SIR: Catatonia is a heterogeneous disorder, the etiology of which is not known. The GABAA hypothesis is only one possible explanation of this complex syndrome and may explain some of the catatonic motor symptoms of inhibition.1 It does not, however, explain the catatonic behavioral symptoms, which involve volitional disturbances that may be linked directly to frontal cortical2,3 rather than basal ganglia dysfunction.
We agree with Dr. Lauterbach that certain patients may be at risk of developing catatonia or of having their existing catatonia worsen when treated with a combination of selective serotonin reuptake inhibitors (SSRIs), atypical antipsychotics, and valproate. In these patients, atypicals in combination with SSRIs and valproate may lead to a transient imbalance between functionally reciprocal subgroups of GABA pathways and may subsequently cause dopamine inhibition and catatonia. It is important to note that Dr. Lauterbach's case was one of catatonic inhibition, stereotypies, and some behavioral symptoms.4 It can be assumed that patients exhibiting these symptoms may have a functional disturbance in medial globus pallidus and putamen.5,6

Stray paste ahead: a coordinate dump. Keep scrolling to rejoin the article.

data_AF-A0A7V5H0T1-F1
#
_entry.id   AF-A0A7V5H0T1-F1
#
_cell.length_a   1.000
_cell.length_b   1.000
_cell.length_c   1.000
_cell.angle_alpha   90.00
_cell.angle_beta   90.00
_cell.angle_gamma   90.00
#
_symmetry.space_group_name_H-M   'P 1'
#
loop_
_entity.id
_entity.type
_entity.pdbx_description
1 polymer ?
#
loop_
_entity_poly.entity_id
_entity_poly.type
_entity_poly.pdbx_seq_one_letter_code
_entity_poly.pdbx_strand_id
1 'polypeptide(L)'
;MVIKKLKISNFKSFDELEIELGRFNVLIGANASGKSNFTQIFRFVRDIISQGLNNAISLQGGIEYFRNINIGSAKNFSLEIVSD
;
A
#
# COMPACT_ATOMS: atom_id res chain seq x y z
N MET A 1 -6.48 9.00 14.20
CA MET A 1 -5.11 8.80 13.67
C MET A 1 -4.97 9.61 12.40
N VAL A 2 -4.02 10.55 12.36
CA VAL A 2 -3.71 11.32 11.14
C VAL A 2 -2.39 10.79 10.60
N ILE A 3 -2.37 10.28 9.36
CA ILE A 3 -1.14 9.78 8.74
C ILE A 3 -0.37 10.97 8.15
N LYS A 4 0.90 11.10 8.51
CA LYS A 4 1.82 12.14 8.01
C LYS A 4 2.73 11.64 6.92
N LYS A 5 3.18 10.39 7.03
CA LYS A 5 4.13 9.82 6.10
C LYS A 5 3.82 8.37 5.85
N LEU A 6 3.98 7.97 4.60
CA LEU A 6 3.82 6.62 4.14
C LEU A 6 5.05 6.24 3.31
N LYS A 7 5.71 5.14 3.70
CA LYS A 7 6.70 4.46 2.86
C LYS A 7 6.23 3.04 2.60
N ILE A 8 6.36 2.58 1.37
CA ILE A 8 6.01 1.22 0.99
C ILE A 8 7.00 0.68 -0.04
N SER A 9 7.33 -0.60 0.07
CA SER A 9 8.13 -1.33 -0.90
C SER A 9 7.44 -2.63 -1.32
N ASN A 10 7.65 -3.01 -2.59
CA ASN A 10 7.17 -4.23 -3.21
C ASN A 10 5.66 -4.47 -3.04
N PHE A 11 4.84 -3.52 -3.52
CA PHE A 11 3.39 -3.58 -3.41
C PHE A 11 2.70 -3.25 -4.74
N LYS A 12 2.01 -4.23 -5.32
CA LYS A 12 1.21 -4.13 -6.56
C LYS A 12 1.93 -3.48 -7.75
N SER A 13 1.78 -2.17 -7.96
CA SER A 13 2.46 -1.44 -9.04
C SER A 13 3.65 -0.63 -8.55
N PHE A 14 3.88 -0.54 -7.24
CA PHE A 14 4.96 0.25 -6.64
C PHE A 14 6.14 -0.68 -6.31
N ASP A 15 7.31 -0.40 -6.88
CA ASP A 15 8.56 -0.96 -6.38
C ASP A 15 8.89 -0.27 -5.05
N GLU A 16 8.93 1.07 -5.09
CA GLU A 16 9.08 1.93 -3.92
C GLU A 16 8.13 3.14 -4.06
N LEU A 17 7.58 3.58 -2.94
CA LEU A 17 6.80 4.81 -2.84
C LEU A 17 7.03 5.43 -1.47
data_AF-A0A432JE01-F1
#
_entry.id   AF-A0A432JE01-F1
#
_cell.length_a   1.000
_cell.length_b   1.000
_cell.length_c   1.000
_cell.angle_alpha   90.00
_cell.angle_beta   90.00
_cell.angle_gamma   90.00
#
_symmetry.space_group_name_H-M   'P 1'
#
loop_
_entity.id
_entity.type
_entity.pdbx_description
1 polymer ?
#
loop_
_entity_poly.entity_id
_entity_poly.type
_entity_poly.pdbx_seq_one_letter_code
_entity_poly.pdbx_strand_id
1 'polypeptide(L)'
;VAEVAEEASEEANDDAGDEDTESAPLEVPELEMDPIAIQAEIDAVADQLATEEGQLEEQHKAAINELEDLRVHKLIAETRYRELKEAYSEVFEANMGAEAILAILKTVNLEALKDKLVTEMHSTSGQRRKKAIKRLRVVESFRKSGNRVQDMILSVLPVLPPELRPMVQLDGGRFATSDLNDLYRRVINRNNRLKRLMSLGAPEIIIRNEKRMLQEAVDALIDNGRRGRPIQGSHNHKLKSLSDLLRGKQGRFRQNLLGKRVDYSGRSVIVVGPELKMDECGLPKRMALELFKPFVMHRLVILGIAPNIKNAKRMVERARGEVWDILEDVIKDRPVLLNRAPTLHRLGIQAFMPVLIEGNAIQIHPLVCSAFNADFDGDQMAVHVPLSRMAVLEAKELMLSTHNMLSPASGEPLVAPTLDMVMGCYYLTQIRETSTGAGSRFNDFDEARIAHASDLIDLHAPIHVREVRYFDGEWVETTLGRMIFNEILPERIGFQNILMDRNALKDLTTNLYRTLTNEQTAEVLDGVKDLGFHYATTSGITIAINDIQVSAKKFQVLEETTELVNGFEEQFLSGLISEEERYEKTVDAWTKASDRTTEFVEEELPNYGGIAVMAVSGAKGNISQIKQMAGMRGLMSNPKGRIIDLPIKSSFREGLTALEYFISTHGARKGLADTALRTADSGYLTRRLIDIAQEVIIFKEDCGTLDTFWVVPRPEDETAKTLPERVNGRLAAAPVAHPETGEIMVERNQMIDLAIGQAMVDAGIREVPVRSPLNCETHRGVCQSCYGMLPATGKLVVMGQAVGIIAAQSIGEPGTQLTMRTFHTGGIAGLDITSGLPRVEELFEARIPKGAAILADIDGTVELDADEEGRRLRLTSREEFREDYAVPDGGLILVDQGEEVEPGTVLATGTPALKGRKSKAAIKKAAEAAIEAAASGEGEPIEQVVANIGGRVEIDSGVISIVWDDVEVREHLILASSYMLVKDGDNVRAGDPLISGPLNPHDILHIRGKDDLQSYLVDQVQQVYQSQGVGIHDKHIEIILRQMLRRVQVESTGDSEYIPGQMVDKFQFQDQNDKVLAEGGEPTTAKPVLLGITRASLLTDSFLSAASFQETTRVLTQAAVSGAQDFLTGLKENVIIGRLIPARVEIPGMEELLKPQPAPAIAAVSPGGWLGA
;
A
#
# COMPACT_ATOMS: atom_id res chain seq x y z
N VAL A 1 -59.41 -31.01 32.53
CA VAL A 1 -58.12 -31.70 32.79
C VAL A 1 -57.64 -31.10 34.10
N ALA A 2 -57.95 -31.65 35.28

Our patient had not responded to lorazepam, a potent GABA-enhancing agent that has been successfully used in the treatment of certain catatonic symptoms. We hypothesized that this lack of response might be related to the patient's symptom profile, which primarily comprises catatonic symptoms of volitional disturbance (e.g., gegenhalten, negativism) and impulsivity suggesting the involvement of dorsolateral prefrontal and orbitofrontal regions. In this case, the effect of valproate may be exerted only in part by its GABA-ergic properties; its effect on calcium channels may also contribute, leading to alterations in the brain's regional functional metabolism7 and to improvement of these catatonic symptoms. A similar observation has been made in catatonic patients treated with lithium.8
In summary, the likely heterogeneity of the catatonic syndrome with regard to involved brain regions and transmitter dysfunction needs to be investigated further because most catatonia models are inconclusive. In certain subtypes of catatonia, specific pharmacological combinations should be avoided. Until the underlying pathomechanisms of the catatonic syndrome and the dysfunctional brain regions involved in its etiology have been identified, monotherapy with the known GABA-ergic drugs and other substances reported to improve some of these symptoms is recommended.